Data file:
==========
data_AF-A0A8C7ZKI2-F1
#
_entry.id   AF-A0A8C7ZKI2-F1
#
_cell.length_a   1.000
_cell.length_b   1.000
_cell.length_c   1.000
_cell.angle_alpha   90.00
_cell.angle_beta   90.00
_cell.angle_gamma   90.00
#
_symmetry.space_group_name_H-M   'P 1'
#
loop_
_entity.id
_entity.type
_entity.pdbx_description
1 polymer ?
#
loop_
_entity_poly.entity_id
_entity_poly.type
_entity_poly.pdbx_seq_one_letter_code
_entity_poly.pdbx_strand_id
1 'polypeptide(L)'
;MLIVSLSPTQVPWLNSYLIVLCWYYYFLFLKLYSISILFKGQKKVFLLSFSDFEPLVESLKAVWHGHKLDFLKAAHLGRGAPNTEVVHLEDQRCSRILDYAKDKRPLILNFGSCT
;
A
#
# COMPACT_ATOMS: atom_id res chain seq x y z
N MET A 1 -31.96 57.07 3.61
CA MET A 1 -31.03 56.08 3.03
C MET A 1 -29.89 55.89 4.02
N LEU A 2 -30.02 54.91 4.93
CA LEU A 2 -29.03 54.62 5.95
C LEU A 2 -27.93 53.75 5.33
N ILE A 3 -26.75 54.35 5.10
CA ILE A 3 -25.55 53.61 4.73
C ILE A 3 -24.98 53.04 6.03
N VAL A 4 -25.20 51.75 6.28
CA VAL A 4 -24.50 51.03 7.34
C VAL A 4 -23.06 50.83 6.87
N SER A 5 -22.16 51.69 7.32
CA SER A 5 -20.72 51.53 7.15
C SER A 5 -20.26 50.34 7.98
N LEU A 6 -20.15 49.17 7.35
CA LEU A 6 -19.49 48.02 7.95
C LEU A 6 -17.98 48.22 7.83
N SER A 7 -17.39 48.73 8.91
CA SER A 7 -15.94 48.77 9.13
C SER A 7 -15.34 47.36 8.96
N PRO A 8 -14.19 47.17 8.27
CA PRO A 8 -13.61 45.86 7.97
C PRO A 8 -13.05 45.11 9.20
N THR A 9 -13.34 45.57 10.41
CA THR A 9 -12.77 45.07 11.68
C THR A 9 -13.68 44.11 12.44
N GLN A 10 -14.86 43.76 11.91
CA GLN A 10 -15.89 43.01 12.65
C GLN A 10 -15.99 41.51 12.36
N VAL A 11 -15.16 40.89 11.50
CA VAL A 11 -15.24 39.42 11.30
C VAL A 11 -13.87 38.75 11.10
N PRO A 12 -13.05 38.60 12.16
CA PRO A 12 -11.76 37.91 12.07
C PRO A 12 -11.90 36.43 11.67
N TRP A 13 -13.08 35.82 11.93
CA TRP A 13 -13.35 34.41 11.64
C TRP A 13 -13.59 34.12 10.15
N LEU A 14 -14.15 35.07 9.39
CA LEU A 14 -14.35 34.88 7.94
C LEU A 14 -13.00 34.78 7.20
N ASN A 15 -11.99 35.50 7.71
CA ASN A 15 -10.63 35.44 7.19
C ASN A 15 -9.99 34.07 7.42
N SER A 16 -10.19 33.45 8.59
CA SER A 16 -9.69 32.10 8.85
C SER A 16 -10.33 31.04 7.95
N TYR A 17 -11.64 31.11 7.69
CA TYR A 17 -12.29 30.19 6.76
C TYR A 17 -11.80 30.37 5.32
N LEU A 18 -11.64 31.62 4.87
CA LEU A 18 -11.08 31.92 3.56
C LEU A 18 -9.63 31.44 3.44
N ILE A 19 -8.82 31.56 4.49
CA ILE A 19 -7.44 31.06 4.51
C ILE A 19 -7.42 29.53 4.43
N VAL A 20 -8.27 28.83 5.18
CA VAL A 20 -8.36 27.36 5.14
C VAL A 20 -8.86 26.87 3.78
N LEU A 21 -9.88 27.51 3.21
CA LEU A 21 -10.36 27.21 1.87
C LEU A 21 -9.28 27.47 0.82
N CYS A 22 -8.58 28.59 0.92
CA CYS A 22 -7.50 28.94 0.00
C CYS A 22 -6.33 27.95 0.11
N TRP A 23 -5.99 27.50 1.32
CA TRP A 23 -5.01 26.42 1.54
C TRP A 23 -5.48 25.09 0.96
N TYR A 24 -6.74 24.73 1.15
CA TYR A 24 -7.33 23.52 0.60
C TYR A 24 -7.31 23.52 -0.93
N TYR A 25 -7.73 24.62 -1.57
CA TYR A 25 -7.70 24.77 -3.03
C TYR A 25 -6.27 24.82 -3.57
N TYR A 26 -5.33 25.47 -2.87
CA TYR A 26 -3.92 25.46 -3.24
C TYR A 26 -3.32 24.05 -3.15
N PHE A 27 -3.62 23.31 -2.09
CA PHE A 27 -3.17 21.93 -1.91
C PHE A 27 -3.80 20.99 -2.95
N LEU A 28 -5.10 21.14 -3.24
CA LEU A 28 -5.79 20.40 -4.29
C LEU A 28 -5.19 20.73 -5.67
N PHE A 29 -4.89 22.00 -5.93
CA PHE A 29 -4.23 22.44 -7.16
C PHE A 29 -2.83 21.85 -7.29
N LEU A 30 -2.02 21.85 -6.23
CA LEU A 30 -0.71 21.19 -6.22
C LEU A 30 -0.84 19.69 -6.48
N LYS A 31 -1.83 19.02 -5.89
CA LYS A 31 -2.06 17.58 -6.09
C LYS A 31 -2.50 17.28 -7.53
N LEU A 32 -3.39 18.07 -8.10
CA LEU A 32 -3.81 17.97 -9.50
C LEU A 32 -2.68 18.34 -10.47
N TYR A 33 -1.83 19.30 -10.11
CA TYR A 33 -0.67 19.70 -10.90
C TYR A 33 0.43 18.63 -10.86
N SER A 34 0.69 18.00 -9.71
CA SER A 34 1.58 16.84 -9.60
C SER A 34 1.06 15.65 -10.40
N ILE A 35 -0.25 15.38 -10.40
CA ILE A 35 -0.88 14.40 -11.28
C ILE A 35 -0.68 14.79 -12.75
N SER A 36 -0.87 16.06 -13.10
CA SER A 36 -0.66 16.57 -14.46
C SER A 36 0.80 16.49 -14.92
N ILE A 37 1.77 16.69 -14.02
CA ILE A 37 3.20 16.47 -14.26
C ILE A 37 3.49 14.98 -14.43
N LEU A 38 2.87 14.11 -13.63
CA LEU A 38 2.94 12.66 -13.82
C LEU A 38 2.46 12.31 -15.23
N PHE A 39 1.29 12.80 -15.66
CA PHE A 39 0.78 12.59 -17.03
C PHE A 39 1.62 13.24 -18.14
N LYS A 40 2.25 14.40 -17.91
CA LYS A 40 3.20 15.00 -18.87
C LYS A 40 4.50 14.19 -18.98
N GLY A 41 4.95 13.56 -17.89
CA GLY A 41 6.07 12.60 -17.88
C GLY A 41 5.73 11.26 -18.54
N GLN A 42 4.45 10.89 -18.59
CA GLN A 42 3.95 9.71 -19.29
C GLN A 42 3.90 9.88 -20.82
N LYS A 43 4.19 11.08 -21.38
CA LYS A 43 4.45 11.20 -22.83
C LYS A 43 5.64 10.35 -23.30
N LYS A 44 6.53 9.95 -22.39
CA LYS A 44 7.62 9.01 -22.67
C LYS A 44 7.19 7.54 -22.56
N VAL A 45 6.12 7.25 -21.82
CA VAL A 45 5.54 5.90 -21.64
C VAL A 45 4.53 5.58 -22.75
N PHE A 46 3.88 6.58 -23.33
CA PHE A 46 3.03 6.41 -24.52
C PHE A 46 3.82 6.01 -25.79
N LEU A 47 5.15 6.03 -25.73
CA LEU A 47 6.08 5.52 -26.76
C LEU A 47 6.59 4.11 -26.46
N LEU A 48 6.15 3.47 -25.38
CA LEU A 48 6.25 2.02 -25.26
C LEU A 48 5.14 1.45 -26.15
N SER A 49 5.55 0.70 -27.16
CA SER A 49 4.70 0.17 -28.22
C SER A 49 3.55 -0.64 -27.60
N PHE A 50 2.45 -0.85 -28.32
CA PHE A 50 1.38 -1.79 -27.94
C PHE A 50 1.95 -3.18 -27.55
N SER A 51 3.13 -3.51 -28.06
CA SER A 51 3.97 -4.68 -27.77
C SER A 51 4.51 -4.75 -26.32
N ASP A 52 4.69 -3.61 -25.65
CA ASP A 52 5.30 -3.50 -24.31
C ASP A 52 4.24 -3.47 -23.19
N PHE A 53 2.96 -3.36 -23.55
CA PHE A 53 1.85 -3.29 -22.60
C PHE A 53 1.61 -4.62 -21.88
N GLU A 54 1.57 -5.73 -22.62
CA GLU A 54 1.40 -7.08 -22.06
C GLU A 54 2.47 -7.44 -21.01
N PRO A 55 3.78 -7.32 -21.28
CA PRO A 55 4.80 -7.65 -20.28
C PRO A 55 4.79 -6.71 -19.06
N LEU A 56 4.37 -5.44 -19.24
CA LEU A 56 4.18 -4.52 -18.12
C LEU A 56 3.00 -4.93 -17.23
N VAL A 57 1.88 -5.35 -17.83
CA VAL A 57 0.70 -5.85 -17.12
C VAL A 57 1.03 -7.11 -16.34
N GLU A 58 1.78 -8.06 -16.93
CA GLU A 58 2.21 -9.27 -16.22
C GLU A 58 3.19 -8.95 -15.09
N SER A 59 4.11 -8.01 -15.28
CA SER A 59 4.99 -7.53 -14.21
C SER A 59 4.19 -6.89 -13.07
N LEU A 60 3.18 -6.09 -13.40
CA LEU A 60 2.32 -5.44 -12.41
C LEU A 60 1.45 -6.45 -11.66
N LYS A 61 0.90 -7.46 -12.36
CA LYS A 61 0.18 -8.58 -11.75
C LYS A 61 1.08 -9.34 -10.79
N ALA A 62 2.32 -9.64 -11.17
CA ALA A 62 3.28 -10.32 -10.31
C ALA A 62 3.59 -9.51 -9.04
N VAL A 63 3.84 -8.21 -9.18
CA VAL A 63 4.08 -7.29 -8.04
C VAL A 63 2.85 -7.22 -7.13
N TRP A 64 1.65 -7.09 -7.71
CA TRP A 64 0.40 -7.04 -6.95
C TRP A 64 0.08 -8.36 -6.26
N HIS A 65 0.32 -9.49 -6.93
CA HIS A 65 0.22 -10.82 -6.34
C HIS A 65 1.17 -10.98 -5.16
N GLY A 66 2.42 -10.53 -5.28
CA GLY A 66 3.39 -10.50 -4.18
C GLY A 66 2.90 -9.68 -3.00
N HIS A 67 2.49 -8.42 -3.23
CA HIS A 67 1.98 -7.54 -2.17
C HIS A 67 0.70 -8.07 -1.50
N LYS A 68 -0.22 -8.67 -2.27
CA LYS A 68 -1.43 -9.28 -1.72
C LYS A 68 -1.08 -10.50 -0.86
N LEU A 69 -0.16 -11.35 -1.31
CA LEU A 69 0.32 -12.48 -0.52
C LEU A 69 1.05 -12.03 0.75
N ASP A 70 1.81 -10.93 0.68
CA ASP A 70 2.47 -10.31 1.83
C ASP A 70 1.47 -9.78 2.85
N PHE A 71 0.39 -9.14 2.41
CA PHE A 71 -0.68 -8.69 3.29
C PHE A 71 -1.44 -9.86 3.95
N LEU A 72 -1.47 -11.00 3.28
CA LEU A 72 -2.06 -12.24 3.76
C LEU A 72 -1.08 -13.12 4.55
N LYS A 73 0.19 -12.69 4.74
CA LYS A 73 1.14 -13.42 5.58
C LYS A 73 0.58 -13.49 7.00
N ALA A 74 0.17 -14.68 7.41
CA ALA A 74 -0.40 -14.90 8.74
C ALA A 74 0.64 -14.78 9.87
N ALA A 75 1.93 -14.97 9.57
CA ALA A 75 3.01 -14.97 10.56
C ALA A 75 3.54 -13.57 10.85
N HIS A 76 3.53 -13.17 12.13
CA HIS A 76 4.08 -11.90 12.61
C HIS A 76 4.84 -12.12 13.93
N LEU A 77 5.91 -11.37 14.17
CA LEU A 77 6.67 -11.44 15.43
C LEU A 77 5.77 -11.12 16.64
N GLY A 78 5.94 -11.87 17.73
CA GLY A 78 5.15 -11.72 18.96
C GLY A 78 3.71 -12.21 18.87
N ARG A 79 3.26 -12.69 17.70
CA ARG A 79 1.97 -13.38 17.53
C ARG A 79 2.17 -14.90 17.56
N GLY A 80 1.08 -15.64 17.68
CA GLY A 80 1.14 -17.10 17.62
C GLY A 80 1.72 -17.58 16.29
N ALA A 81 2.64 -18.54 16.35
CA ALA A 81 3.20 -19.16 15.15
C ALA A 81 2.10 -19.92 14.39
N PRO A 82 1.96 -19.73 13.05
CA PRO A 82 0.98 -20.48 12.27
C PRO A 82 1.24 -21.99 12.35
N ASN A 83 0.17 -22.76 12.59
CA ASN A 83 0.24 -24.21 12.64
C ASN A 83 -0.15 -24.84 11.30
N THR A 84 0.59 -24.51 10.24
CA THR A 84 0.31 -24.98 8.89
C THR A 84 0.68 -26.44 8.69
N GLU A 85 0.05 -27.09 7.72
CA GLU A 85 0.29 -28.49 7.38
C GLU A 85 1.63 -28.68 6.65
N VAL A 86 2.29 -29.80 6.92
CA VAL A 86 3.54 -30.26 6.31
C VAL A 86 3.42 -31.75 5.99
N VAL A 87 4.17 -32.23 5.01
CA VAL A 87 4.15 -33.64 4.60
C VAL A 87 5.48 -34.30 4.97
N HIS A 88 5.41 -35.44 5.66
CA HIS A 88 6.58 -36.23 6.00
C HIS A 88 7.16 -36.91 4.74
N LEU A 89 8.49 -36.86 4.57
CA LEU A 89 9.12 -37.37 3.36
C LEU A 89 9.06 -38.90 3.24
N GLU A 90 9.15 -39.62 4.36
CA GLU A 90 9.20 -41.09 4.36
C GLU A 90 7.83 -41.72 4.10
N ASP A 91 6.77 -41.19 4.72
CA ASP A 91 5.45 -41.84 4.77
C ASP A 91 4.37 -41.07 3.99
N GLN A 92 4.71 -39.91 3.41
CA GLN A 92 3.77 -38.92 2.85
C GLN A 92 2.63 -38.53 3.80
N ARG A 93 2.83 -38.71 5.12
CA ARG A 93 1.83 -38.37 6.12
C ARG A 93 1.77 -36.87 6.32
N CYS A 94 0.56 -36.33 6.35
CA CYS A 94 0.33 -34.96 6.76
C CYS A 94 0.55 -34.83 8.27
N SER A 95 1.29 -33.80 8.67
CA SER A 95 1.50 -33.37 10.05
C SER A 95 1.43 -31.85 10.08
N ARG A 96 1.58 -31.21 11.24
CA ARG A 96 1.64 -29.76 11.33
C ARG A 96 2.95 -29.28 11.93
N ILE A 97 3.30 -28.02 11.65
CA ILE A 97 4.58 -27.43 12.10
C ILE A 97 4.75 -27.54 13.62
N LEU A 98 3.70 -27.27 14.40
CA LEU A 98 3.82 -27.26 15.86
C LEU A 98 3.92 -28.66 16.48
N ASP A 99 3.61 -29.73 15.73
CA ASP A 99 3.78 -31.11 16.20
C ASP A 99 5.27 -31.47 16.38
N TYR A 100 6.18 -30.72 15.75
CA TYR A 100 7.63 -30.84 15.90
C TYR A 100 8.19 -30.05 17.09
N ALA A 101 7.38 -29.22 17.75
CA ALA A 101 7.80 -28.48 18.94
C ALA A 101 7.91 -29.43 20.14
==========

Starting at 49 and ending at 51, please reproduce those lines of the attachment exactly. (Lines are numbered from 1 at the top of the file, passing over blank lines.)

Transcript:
N SER A 7 -17.39 48.73 8.91
CA SER A 7 -15.94 48.77 9.13
C SER A 7 -15.34 47.36 8.96